Bull elected fellow of American Phytopathological Society

Matt Black
August 24, 2020

UNIVERSITY PARK, Pa. — Carolee Bull, professor of systematic bacteriology and plant pathology in Penn State's College of Agricultural Sciences, has been elected as a fellow of the American Phytopathological Society, an honor given to members in recognition of distinguished contributions to the discipline of plant pathology.

Bull, who serves as the head of the Department of Plant Pathology and Environmental Microbiology, is director of Penn State’s Microbiome Center. She was honored during a virtual ceremony as part of the Plant Health 2020 meeting Aug. 4.

Carolee Bull

Carolee Bull, professor and head of the Department of Plant Pathology and Environmental Microbiology.

IMAGE: Penn State

Bull was recognized for contributions in translational taxonomy, including the use or development of taxonomic frameworks and methods for identification, classification and description of novel bacterial plant and mushroom pathogens; improved detection methods; descriptions of natural and artificial host ranges; and development of integrated disease management systems in conventional and organic systems.

“The College of Agricultural Sciences and I are delighted that Professor Bull has been awarded this well-deserved honor for her contributions to plant pathology,” said Rick Roush, dean of the college. “This recognition reflects her leadership, dedication and creativity in her discipline, skills that also are highly evident in her much-valued contributions as a department head at Penn State.”

Bull is known for the development of high-impact programs at the U.S. Department of Agriculture, the American Phytopathological Society and Penn State.

“Carolee has done an absolutely terrific job as founding director of our Microbiome Center, bringing together previously unconnected campus experts as well as guiding the hiring of many new faculty,” said Andrew Read, director of the Huck Institutes of the Life Sciences. “Her leadership efforts have generated one of the best examples of how center directors can raise their institutions’ interdisciplinary games.”

Bull’s efforts to enhance equity and inclusion are nationally recognized. In 2013, she received the Secretary’s Honor Award from the U.S. Secretary of Agriculture for her innovative programming to recruit underrepresented minority students to STEM and agricultural science fields. This award is the highest honor given in the nation for service in agriculture.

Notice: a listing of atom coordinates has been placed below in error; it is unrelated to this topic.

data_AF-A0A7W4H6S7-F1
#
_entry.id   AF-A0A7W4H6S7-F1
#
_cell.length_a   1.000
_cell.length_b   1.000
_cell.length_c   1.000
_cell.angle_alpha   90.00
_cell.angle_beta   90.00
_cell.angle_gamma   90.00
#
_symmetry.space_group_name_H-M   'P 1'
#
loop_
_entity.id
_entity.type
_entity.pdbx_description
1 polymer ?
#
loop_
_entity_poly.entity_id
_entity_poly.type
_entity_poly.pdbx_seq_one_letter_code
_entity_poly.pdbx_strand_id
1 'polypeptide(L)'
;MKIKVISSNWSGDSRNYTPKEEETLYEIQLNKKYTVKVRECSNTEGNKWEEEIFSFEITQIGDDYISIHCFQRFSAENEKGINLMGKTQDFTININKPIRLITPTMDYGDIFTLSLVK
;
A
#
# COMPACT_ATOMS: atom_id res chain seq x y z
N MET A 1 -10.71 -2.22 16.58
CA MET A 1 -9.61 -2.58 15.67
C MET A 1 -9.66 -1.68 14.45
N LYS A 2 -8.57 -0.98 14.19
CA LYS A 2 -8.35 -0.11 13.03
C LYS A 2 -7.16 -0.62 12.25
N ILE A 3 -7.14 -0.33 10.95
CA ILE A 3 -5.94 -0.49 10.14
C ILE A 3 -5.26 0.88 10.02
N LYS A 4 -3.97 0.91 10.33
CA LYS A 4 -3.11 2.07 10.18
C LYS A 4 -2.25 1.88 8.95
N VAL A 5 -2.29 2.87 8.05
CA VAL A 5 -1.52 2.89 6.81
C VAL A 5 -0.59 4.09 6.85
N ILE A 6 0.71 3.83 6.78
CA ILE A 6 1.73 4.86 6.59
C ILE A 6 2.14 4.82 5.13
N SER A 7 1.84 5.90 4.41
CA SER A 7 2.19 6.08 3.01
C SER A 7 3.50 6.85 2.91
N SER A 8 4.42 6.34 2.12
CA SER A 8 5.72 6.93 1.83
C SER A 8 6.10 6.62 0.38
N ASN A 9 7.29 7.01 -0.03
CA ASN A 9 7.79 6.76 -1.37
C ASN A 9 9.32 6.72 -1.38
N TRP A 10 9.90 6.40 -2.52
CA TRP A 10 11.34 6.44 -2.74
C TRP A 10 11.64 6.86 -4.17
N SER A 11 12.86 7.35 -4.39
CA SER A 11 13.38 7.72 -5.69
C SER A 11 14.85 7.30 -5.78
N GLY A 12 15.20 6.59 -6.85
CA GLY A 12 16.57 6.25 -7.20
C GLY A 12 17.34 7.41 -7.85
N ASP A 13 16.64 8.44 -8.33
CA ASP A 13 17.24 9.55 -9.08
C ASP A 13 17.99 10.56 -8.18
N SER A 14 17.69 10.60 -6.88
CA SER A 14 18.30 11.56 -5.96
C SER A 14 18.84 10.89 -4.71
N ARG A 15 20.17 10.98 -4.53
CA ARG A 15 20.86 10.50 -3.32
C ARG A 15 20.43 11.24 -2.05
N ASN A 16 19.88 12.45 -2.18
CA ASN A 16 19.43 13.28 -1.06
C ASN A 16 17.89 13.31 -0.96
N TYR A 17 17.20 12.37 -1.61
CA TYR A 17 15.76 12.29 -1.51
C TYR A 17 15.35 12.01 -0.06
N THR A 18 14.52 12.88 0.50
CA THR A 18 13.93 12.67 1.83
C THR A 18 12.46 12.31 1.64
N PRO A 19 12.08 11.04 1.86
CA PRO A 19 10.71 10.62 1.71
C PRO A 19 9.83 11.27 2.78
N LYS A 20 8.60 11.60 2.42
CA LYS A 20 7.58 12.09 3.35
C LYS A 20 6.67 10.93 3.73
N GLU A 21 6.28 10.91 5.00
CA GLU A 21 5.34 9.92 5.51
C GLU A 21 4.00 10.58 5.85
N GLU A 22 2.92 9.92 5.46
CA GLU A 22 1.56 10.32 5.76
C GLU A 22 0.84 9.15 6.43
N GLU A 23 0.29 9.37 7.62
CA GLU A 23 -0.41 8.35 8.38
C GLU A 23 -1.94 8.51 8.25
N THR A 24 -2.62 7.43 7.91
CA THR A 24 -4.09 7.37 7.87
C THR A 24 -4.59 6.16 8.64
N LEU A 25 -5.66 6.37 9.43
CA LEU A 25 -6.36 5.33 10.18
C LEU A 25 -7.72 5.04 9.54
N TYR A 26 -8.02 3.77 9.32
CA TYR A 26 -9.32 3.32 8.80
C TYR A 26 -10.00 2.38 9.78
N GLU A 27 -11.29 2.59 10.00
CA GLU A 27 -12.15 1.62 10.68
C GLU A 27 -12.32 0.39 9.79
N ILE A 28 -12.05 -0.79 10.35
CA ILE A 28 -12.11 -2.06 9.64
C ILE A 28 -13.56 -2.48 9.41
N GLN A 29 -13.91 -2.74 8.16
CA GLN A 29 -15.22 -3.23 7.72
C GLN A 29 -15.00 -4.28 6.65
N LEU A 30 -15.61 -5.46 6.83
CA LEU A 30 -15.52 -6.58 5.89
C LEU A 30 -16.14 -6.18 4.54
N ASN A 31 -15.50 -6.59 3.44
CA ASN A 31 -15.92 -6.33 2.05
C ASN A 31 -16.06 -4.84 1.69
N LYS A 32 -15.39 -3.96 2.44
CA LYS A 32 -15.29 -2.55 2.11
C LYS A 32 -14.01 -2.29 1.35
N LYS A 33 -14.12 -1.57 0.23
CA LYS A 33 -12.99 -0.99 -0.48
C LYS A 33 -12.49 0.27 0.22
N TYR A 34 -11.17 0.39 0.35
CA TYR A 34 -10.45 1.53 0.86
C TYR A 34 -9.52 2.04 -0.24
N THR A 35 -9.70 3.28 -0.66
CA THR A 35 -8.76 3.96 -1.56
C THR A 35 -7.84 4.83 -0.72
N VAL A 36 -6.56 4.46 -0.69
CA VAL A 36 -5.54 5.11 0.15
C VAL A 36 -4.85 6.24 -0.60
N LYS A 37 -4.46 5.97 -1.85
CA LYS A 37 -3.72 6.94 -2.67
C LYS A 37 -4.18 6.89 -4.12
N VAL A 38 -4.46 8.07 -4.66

At Penn State, she is one of the leaders of the Latinx Agricultural Network. This initiative is a grassroots effort among students, extension educators and faculty to enhance Penn State Extension’s strategic engagement with Pennsylvania’s Latinx communities to ensure that they benefit from Penn State Extension programming.

“Dr. Bull represents the very best of everything that we try to do at Penn State Extension,” said Brent Hales, director of Penn State Extension and associate dean in the College of Agricultural Sciences. “The inclusion of diverse voices and perspectives in our research, program development and educational offerings is central to the land-grant mission and the broader mission of extension. She is a voice of conscience and a driver of change for extension and the college. I can think of no one more deserving than Dr. Bull. She defines our aspirational efforts to grow the ‘We’ in ‘We Are Penn State.’”

Bull was born in Sewickley and raised in Beaver County, Pennsylvania. She earned her Bachelor of Science in botany (cum laude) at Ohio University, her Master of Science in plant pathology at Washington State University and her doctorate from Oregon State University.

She continued biocontrol studies as a National Science Foundation postdoctoral scholar at the Swiss Federal Institute of Technology in Zurich and at the University of Lausanne, Switzerland, and then as a postdoctoral fellow for the USDA’s Agricultural Research Service in Fresno, California.

In 1997, she joined USDA’s Agricultural Research Service in Salinas, California, as a research plant pathologist. In 2005, she became an adjunct faculty member at California State University, Monterey Bay. She was recruited as head of the Department of Plant Pathology and Environmental Microbiology at Penn State in 2015.

Bull is known for her capacity to help others find pathways to their aims. She developed a unique mentorship curriculum including a workshop on self-mentorship, providing tools to allow attendees to incorporate their diverse backgrounds into training plans to achieve their goals, regardless of the availability of culturally appropriate mentors. She has been invited to deliver the curriculum more than 40 times at national and international universities and scientific meetings.

(Media Contacts)

Last Updated September 03, 2020